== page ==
Max Payne 3 Review
Rockstar has opted out of the graphic novel style of the original two games and gone with something more akin to a eclectic, gritty movie presentation that fits the Sao Paolo atmosphere well. It also includes lots of in-engine cutscenes that push the story along. If you’re not a fan of a lot of story, this is going to get a bit irritating, but if you’re in Max Payne 3 for the story of Max Payne, the cutscenes are commendable in their quality.
Not much else has changed, however. To Rockstar’s credit, the developer has managed to capture Remedy’s original gameplay formula and run-and-gun style. In terms of gameplay, much is exactly as it was in the first two Max Payne games. Max can go to slow-motion for intense aiming (known as Bullet Time, and just as awesome as always), dive through the air to avoid bullets, and shoot with a 360-degree range of motion while running.
There are also a few little improvements: Max can now enter cover, which makes the game bearable in the modern era, and he can stay prone and shoot in any direction after landing from a dive, without being forced to stand back up. The enemy AI is mostly pretty smart about jumping into cover and running from position to position, although it never really approaches the level of having distinguishable tactics other than fanning out in a 120-degree semicircle around Max’s position.
If you’re carrying the series’ version of health packs, Max’s pain killer pills, you also get saved from death when you get shot down by the Last Mand Standing feature, a slow-mo moment in which you have a chance to finish off the guy who killed you before dying, which gives you the chance to save yourself. It’s a nice feature, although more gimmick than anything because it keeps often saves you from the defeat you deserved by giving you an easy out. Only being short on ammo or having your view obstructed will keep you from nailing every Last Man Standing event you encounter.
However, the old style gameplay also where Max Payne 3 falls short. The video game landscape is lousy with third-person shooters today. Where the Max Payne series was a landmark franchise a decade ago, today, it offers little that isn’t commonplace. Rockstar has even worked to make Max Payne more like the standard crop of shooters by adding a cover system. There’s nothing here we haven’t seen before or played plenty of times over.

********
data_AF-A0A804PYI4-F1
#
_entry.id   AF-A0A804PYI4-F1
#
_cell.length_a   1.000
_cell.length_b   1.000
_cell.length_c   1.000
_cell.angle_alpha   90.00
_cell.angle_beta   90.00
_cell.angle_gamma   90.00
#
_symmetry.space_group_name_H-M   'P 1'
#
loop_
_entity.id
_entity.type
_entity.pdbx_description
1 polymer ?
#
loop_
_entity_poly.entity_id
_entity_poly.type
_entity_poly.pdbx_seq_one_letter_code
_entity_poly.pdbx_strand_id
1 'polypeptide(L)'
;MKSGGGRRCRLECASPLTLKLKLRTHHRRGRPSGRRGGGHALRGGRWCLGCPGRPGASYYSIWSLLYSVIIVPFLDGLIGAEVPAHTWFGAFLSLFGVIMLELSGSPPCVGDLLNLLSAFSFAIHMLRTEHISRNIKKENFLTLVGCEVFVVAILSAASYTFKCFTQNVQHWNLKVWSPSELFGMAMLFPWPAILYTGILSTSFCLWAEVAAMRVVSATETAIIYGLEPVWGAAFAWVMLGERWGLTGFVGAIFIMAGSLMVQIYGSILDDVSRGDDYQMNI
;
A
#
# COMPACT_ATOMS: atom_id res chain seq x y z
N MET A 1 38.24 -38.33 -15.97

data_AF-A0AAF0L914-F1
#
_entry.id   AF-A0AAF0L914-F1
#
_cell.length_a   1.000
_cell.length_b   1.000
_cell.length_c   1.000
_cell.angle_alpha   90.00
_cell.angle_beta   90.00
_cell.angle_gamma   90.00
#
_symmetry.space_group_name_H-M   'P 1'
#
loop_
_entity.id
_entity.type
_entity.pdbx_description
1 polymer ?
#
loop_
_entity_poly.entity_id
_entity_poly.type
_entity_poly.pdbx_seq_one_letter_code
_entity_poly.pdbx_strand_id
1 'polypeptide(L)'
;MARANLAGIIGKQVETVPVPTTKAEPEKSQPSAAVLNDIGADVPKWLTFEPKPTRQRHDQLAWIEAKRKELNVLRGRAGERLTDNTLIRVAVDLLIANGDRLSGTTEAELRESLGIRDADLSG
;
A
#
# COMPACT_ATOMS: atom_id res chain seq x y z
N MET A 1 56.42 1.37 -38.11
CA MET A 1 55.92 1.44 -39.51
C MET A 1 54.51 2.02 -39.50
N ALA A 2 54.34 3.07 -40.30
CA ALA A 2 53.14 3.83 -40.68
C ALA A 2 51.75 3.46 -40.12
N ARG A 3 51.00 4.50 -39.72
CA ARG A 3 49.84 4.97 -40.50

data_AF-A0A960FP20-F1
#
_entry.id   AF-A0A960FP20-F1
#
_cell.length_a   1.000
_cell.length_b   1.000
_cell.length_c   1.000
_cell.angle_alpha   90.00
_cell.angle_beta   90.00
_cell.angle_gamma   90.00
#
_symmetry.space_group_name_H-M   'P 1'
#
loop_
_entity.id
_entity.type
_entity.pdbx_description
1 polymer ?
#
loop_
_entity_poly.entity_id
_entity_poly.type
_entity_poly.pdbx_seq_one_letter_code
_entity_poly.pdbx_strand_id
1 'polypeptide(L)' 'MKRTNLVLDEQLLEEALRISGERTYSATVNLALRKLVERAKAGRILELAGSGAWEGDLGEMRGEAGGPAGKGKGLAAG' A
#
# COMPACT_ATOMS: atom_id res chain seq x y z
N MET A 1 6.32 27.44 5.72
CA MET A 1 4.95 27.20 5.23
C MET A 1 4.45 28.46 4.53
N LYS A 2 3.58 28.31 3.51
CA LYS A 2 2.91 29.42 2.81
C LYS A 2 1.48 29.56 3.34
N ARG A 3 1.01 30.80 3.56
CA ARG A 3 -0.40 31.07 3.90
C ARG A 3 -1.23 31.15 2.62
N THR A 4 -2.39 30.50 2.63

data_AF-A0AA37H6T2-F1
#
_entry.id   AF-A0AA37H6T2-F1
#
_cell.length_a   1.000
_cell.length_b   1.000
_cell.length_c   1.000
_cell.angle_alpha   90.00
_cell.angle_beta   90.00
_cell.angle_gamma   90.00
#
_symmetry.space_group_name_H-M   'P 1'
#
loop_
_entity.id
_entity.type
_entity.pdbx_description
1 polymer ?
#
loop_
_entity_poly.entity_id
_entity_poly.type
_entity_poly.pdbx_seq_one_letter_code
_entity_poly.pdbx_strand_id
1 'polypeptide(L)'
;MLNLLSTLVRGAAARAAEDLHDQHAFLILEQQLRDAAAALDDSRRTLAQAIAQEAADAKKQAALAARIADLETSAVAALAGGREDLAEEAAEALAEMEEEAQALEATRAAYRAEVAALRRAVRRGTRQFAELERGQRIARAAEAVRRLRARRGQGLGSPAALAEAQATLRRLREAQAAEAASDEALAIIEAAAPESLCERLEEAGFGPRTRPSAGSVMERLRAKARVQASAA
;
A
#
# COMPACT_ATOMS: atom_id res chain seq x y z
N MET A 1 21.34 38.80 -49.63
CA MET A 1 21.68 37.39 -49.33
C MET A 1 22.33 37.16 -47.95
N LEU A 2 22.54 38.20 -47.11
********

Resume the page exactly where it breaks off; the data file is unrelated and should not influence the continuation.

The story, too, is a big letdown in terms of the Max Payne universe. The Payne games have always had conspiracies at their heart, and while Max Payne 3′s conspiracy story is a great deal more realistic than its predecessors, it’s also just convoluted. What’s more, Max isn’t so much uncovering the truth as stumbling through room after room of guys who need shooting. He’s a pawn in the conspiracy, but more than that, he’s a pawn in the story — he rarely drives the action forward and mostly just goes to the places he’s told and shoots the people in his way. Max is like a bullet or a missile himself, and he’s constantly being aimed and fired by other people. It also doesn’t help that the conspiracy makes little or no sense in many ways, that there are too many factions of enemies that all are basically the same, and that several characters exist only to drive the plot forward when it stalls.
The game really has one speed and one speed only, and fails to capitalize on even the most basic means of breaking up the action. Cutscenes can kill the pace but more than that, every level is the same scenario with a different skin. It’s amazing how many times huge groups of armed men break into the Brancos’ various holdings; more amazing how many buildings full of armed men Max needs to clear out each day and night. Sometimes Max shoots from the side of a boat or inside a bus, sometimes he does a cool one-off slow-mo entrance through a window or hanging from a chain, but it’s really just the same thing over and over and over and over.
Rockstar has failed to recreate some of the greatest parts of the Remedy Max Payne titles, as well. Those games are steeped in subtext. It doesn’t all work, but much of it does: things like Max’s dream sequences and the parallel story of the “Address Unknown” television show. Things are much more straightforward in Max Payne 3, and while the game isn’t nearly as weird as the earlier titles, it also feels less relevant or interesting.
Adding to what ends up being a pile of mediocrity is Max Payne 3′s multiplayer suite, which, again, adds very little to what’s already available in third-person shooters. If you’ve played Uncharted 3′s multiplayer, you’ll have an idea of what to expect. The mainstays are represented: there’s a deathmatch mode that has players shooting one another, a team deathmatch mode, in which you shoot half as many people, and an experience system that has players earning gear to make themselves more effective combatants.